Friday, March 31, 2006

Weak Daily TICK: What It Means

What does it mean when the NYSE TICK hits a very low value during the trading day? I went back to March, 2003 and investigated all instances in which the TICK hit a value of -1000 or less. This occurred 108 times out of 775 trading sessions.

One day later, the average price change in SPY was .15% (64 up, 44 down), stronger than the average daily price change of .06% (432 up, 343 down) for the sample overall. It thus appears that a day of strong selling pressure results in favorable expectations the next day.

I took the analysis one step further, however. I broke down the strong selling pressure days into those in which the absolute value of the high TICK for the day was lower than the absolute value of the low TICK (N = 52) vs. those in which the absolute value of the high TICK for the day was higher than the absolute value of the low TICK (N = 56).

Thus, we're looking at high selling pressure days with low buying pressure vs. high selling pressure days with high buying pressure.

One day after the high selling/low buying days, the average change in SPY was only .01% (27 up, 25 down)--weaker than the overall market average gain. One day after the high selling/high buying days, the average gain in SPY was an impressive .29% (37 up, 19 down)--much stronger than average.

It thus appears that strong selling pressure without countervailing buying interest tends to carry over the next day, creating subnormal returns. Strong selling pressure matched by strong buying interest creates superior returns.

8 comments:

Jaewoo said...

BTW, we really appreciate your work. I am sure there are many who visit but leave no comment. Keep up the good work. I really enjoy your thoughts.
Thanx.

Brett Steenbarger, Ph.D. said...

Thank you, Jaewoo. That is very much appreciated. One of the benefits of a blog is hearing from other traders and sharing ideas. Some of my best ideas for analyses have come from reader comments and emails. Do stay in touch--

Brett

John Wheatcroft said...

I finally figured this out. It took some calculating but I think I have it now.

My thanks too, Dr. Steenbarger - yours is a truly intellectual site and always makes me think. I really appreciate that.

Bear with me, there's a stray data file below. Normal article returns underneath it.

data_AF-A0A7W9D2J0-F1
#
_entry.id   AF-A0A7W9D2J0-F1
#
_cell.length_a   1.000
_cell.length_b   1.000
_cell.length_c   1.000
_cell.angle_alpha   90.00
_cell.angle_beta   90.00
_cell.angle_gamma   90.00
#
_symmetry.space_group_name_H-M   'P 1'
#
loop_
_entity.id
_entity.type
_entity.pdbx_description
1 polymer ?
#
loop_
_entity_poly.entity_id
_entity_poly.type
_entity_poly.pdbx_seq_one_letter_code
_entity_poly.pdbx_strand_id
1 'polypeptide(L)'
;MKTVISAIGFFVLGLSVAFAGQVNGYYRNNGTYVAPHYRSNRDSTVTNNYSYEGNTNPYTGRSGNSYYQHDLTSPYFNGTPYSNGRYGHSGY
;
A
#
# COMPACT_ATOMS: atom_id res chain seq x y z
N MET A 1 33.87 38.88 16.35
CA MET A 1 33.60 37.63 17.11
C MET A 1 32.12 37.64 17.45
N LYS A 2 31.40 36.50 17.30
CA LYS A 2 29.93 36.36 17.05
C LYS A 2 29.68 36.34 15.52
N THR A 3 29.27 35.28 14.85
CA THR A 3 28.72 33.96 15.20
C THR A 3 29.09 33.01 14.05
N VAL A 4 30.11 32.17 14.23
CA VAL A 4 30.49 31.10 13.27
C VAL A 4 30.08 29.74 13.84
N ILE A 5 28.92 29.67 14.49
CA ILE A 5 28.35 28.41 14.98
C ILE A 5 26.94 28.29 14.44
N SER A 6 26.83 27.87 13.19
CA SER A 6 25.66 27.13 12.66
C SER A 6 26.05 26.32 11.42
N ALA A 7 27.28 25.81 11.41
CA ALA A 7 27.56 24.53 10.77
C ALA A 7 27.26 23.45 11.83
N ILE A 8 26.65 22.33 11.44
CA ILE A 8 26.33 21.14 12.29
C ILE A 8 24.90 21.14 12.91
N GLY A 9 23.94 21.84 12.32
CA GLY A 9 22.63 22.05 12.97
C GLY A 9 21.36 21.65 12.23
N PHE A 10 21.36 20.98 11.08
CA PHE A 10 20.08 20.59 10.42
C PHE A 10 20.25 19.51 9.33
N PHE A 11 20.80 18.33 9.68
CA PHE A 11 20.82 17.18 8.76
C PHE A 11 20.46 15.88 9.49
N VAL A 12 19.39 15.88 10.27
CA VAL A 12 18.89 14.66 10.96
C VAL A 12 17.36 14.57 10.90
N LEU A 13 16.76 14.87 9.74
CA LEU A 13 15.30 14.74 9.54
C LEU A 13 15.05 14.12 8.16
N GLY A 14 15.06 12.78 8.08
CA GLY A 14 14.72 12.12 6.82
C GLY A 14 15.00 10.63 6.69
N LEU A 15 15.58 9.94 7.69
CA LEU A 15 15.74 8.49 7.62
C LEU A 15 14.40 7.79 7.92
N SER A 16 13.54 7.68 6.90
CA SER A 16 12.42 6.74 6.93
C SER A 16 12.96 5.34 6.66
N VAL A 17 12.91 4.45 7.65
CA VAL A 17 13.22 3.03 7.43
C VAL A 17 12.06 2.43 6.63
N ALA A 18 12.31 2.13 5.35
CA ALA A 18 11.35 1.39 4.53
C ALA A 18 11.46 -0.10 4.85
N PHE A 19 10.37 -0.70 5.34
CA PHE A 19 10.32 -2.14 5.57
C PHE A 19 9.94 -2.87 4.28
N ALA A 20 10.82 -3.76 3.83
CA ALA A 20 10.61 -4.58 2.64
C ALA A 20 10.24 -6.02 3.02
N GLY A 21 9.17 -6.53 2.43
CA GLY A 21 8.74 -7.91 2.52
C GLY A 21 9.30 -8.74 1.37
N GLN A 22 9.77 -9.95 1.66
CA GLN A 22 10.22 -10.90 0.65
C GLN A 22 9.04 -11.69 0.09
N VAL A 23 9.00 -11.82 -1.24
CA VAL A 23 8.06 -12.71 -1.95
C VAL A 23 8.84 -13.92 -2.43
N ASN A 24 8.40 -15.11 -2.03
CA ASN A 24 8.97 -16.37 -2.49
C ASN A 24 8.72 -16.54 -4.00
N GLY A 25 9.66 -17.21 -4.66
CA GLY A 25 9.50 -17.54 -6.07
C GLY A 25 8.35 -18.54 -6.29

Brett Steenbarger, Ph.D. said...

Thanks, John. It's interesting...just the daily low value of the NYSE TICK appears to contain valuable information for near term returns.

Brett

Jeff said...

Hi Brett. I visit your site often and am always inspired to run my own numbers similar to the way you do it.

May I ask what data provider you use? I use Tradestation and only came up with 76 occurences out of 777 in which NYSE TICK was at or below -1000. That's a significant difference.

Thanks in advance,
Jeff

Brett Steenbarger, Ph.D. said...

Hi Jeff,

Thanks for the heads-up re: data discrepancies among vendors. I obtain my data from RealTick and have cross-checked the TICK values with e-Signal data. It may be worth running the analyses using data values other than -1000 to see if the general patterns hold for other data sources.

Brett

D TradeIdeas said...

I wasn't aware we tracked TRIN and TICK values at Trade-Ideas until I was shown otherwise. Use the tool to scan and identify helpful patterns in the following:

$TRIN-A - AMEX Arms Indicator
$TRIN-N - NYSE Arms Indicator
$TICK-A - AMEX Tick Indicator
$TICK-DJI - DJIA Tick Indicator
$TICK-N - NYSE Tick Indicator

Thanks for the great post.

Brett Steenbarger, Ph.D. said...

That's excellent, David. It opens the door to a number of promising short-term screens. For example, I've found it worthwhile monitoring breakout high and low values for the TICK for price follow through.

Brett